Our social interactions have also changed markedly as a result of the lockdown and social distancing measures. For example, Whatsapp group conversations became the new routine and changed the social dynamic for many families and friends. Unsurprisingly though, instant messaging is no substitute for verbal, in-person interaction between individuals. An interesting study found that children interacting with their mothers in person or over the phone released oxytocin, a hormone involved in bonding, when girls who instant messaged their mothers did not.[v]
This shift in communication was also seen within the workplace with millions of people working from home. Swapping an office desk for the front room or garden shed may sound like a great way of achieving better work-life balance, but in reality, it has its own challenges. Working from home has blurred the line between personal life and work for many individuals. Strikingly, a recent report found that 44% of parents felt under pressure to check their emails or do other work at night.[vi]
However, amidst all of the doubts and loss that we have experienced this year, the lockdown has presented many of us with opportunities to make positive changes to our life and start new beginnings.
In psychology, a concept known as the fresh-start effect refers to the human tendency to take action towards a goal after temporal landmarks that represent new beginnings. The popularity of hashtags like ‘#lockdownbaking’ and ‘#lockdowncooking’ on social media platforms showed a renewed interest from people to cook food from scratch, learning new skills such as gardening or making sourdough bread. People have also taken this opportunity to take on new hobbies or revive long-lost passions, with online art classes and YouTube tutorials being popular. Furthermore, many families have been compelled to spend more quality time together and engage in various meaningful activities.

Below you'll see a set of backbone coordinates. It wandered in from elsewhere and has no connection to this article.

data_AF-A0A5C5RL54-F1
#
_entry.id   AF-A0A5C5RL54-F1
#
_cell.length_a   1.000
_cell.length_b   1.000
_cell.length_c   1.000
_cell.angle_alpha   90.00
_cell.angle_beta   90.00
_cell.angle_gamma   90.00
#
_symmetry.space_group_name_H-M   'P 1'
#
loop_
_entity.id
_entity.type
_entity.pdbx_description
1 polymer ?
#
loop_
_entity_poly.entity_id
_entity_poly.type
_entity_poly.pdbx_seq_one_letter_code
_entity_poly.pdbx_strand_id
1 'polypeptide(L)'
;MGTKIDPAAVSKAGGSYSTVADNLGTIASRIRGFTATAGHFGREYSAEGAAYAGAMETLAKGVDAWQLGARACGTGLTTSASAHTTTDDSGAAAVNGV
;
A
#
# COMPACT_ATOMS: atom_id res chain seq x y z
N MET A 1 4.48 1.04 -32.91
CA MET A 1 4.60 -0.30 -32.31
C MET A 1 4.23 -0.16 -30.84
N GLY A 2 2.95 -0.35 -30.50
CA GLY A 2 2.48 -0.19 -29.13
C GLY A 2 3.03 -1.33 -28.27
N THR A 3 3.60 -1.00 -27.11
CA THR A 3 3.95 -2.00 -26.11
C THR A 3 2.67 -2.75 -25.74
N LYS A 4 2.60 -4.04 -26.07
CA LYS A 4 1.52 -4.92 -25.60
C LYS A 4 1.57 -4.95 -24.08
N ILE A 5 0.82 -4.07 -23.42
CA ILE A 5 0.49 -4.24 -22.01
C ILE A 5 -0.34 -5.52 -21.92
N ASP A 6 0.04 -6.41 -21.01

What this year has reaffirmed for us is our remarkable adaptability and resilience in the face of dramatic changes in our environment, including our primal ability to find new ways to fulfil our basic needs and desires when they are being challenged by external forces. Now that we have made it through the lockdown period, it is important that we realign our nutrition and lifestyle with our basic human needs, to ensure that we are emotionally and physically in the best place possible.
Learning to be more present and appreciating the simple things in life can have a massive impact on your physical and mental wellbeing.
The current pandemic can make you feel hopeless and out of our control. You can’t prevent storms from coming or how others behave, but you can control your attitude and the ‘micro-environment’ you live in.
Finding yourself worrying and stressing over all the things you should or should not do can make you feel powerless. We sometimes overcomplicate things, when simple things can have a significant impact.
A nutrient-dense diet is one of the best ways you can support the good function of your immune system.
Movement is key for de-stressing and reducing anxiety. It can impact your mental state, release endorphins and relieve tension. Now that gyms have reopened, you can sign up to a local gym or try different types of exercise (tennis, football, running etc.) to find something you enjoy.
Relaxation has never been more important than it is today. Whether you do this by running a hot bath, deep-breathing, or cooking dinner for your family, looking after yourself is important. Find our top tips to de-stress in this blog: https://www.biocare.co.uk/news/stress-tips.html
Sleep is a crucial time for repair and allows your brain to rest at night and function efficiently during the day. You can read more about the importance of sleep and how to improve it in our blog: https://www.biocare.co.uk/news/sleep.html“In the middle of difficulty lies opportunity“ said Albert Einstein. So let’s turn this year into a year of opportunity, for ourselves as individuals, for our family and friends, for our community – and beyond.
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[i] Covid Symptom Study. The silent pandemic: How lockdown is affecting future health. Last accessed: September 8th 2020. https://covid.joinzoe.com/post/lockdown-weight-gai...
[ii] Snell KDM. Social History. 2017; 42 (1): 2-28.
[iv] Royal College of Psychiatrists’ briefing Analysis of second COVID-19 RCPsych member survey. 2020.
[v] Selzer. Evolution and Human Behavior. 2012; 33 (1): 42-45
[vi]Modern Families Index 2020 Report. Last accessed: September 8th 2020. https://workingfamilies.org.uk/wp-content/uploads/...